Der Widerstand

A friend gave me an interesting book called Resistance by Barry Lopez that I've been reading today. It's a series of short stories showing the deep connection between each "writers" personal and political life. I find it interesting to try and think of what events, what single moments in my past, have formed my beliefs. Here are a couple of little pieces I really liked:

"We reject the assertion, promoted today by success-mongering bull terriers in business, in government, in religion, that humans are goal-seeking animals. We believe they are creatures in search of proportion in life, a pattern of grace. It is balance and beauty we believe people want, not triumph. The stories the earth's peoples adhere to with greatest faith - the dances that topple fearful walls; the ethereal performances of light, color, and music; the enduring musics themselves - are all well patterned." -Barry Lopez, writting as Owen Daniels

"None among my friends has turned his back on the ideals of justice, which seemed so much more plausable when we were young. We've not lost faith; but for some the years have beeen very discouraging. Many of us can't see beyond the boundries of our own difficulties. We're like a tribe of naked people caught suddenly in a freezing climate, men and women gathered in some sheltered hollow who have located a fire, and now spend their time in forays over a barren land scrounging for wood.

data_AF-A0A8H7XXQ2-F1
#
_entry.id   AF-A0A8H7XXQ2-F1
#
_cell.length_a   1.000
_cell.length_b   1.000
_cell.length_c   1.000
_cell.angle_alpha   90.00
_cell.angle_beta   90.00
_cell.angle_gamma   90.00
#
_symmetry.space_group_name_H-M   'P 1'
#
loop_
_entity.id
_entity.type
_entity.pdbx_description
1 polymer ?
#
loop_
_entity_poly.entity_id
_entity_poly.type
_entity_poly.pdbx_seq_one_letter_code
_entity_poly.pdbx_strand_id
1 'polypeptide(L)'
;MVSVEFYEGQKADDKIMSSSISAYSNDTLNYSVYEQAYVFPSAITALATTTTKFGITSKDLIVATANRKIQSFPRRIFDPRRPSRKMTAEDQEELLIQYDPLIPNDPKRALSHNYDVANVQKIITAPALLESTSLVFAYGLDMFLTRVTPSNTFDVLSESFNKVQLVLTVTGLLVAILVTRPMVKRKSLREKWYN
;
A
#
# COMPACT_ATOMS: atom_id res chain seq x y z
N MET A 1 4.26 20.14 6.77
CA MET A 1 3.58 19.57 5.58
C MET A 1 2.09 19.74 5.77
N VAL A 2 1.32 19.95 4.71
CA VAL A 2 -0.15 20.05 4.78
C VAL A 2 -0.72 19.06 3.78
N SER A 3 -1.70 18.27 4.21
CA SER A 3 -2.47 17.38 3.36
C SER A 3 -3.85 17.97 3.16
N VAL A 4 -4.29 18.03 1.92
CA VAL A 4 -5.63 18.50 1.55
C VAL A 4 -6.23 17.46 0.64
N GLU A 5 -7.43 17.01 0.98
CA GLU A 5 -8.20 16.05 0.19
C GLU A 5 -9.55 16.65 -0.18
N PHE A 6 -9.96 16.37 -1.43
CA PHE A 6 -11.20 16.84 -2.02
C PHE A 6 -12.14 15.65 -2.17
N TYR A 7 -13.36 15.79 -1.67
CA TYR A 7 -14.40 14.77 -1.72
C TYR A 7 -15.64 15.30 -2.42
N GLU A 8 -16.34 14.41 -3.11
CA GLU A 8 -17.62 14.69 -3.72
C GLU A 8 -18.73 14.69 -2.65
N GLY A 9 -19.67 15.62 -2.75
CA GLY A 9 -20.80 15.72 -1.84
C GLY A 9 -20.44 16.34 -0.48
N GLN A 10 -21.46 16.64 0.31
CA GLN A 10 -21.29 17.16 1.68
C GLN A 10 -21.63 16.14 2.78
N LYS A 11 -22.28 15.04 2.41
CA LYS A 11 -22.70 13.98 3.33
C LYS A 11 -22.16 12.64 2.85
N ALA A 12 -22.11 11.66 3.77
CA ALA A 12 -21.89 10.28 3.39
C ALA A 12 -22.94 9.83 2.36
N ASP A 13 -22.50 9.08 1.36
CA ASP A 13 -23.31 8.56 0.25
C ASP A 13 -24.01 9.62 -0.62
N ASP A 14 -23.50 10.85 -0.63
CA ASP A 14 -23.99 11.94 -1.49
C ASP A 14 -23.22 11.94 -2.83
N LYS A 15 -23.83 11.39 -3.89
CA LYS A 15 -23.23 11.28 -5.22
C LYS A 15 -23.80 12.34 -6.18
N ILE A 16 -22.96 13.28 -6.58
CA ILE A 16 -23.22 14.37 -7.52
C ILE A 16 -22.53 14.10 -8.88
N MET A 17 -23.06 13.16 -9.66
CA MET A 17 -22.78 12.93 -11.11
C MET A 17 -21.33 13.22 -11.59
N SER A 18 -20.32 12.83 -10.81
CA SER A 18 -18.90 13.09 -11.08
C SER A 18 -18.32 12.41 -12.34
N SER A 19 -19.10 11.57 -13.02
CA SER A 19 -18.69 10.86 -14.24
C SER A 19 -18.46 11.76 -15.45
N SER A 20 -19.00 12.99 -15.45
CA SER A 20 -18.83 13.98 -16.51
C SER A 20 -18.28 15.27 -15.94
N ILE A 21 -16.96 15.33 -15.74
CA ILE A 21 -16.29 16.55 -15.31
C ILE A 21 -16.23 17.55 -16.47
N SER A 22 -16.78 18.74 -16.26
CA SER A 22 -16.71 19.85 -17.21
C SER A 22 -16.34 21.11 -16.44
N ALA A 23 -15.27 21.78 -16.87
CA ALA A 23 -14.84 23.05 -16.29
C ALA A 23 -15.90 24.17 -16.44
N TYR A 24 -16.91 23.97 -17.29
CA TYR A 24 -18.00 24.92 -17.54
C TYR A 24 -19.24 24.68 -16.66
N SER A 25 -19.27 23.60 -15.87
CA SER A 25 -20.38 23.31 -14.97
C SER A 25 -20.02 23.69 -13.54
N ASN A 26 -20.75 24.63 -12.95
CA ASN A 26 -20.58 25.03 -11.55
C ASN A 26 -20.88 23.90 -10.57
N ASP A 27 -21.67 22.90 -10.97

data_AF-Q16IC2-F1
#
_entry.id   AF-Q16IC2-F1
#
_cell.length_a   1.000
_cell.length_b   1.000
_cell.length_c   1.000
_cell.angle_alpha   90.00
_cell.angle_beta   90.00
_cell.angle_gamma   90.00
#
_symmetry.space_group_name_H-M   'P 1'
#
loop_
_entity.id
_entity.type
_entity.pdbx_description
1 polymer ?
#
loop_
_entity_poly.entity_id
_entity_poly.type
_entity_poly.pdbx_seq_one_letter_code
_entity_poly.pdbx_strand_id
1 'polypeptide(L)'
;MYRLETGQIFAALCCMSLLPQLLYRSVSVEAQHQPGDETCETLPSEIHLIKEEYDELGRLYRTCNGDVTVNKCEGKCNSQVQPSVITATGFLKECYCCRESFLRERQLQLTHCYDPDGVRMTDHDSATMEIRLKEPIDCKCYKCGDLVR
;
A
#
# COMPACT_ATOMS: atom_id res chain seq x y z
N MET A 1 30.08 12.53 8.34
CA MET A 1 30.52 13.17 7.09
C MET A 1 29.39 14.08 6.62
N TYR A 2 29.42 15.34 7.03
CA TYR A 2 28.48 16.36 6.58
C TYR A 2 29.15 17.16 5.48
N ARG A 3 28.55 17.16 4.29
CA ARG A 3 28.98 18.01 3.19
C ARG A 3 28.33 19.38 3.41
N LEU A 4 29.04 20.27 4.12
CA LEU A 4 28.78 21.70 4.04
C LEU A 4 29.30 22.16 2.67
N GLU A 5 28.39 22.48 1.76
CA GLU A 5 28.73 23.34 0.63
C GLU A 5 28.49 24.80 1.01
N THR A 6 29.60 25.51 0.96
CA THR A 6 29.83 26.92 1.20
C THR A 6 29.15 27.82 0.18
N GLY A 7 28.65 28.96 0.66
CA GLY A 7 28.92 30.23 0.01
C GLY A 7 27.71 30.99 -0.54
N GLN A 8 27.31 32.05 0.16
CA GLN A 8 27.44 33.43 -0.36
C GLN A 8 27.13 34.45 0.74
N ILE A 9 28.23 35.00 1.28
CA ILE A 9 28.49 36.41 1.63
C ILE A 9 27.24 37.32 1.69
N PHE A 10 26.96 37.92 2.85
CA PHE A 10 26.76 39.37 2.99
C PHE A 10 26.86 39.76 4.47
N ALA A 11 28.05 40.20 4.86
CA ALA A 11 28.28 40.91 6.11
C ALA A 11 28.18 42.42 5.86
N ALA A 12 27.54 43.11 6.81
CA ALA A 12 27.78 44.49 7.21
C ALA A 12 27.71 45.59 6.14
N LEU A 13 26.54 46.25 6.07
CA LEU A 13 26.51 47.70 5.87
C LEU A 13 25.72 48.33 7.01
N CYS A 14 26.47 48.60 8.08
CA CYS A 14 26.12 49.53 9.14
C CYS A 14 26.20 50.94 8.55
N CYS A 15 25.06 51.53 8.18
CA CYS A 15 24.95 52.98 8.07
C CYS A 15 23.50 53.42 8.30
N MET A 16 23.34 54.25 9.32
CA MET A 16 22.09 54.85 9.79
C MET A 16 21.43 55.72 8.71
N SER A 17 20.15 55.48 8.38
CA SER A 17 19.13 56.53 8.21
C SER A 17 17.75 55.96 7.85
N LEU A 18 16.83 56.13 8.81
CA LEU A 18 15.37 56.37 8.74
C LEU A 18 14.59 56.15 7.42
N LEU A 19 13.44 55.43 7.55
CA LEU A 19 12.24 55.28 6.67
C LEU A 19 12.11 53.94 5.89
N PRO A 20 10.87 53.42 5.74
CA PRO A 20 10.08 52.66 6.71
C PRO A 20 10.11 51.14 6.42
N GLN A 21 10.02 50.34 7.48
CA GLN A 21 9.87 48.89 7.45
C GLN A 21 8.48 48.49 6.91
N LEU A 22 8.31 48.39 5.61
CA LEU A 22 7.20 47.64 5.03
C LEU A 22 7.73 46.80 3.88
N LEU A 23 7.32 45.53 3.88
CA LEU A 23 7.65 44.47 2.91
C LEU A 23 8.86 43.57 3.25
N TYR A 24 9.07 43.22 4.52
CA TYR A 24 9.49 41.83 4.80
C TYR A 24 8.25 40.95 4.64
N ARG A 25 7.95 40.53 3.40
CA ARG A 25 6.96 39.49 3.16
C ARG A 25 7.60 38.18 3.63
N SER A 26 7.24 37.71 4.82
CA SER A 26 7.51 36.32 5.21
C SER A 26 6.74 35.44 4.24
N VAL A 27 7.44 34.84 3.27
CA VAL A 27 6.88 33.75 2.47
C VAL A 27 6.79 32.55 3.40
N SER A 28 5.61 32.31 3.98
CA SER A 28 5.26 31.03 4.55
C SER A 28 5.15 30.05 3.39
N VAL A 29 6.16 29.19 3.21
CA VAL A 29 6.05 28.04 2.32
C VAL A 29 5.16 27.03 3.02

Beyond writing my briefs and arguing my cases, beyond reinforcing my friends' plans and lifting their hopes, I don't know what i am to do. What keeps me from giving up is seeing some young woman pull over to drag a dead animal off the road. Or meeting a reporter, as I just have, who has seen in the streets of Calcutta hundreds of the untended dead, curled up like leaves, who's interviewed the sleepwalking miners of Rondônia, the warlords of Somalia, the mujahideen, the president of the World Bank, and then sits without comment while her father complains about the price of gasoline.
What holds me is the faith of the others. What has troubled me is the exhaustionn that overtakes me, the way I no longer want to be responsible."
-Barry Lopez, writting as Edward Larmirande


Brother James 9:55 PM  

This doesn't surprise me. Post-modernism teaches us that our political beliefs are intrinsically linked to our ideas on "idyllic" life. We write about the beauties of life and virtues such as justice, etc. because we are grounded in western liberal ideologies (of varying scale). I would wager that someone writing an "apolitical" piece having grown up in, say, China or West Africa might write about ideals linked to a different political ideology (i.e., order). agreements? disagreements?

John 2:55 AM  

I love that first quote:

It is balance and beauty we believe people want, not triumph.

Finding and living the true meaning of and reason for life is really what it's all about - it's why a computer mouse just feels so much better when used as a computer mouse rather than a foot pedal. Er...something like that. ;)

James, I'd agree to an extent. Different ideals are given more or less weight in different cultures.
However I wouldn't go as far as to say there is no such thing as objective ideals which exist regardless of culture - I'd say cultures choose to value (objectively existent) ideals more or less.

onetenchelsea 12:48 PM  

very interesting thoughts, james.

So then, do you think that a desire for the the ideals of justice is only possible because we (well-educated, well-adjusted post-moderns) have, for the most part, acheived some kind of idylic lifestyle?

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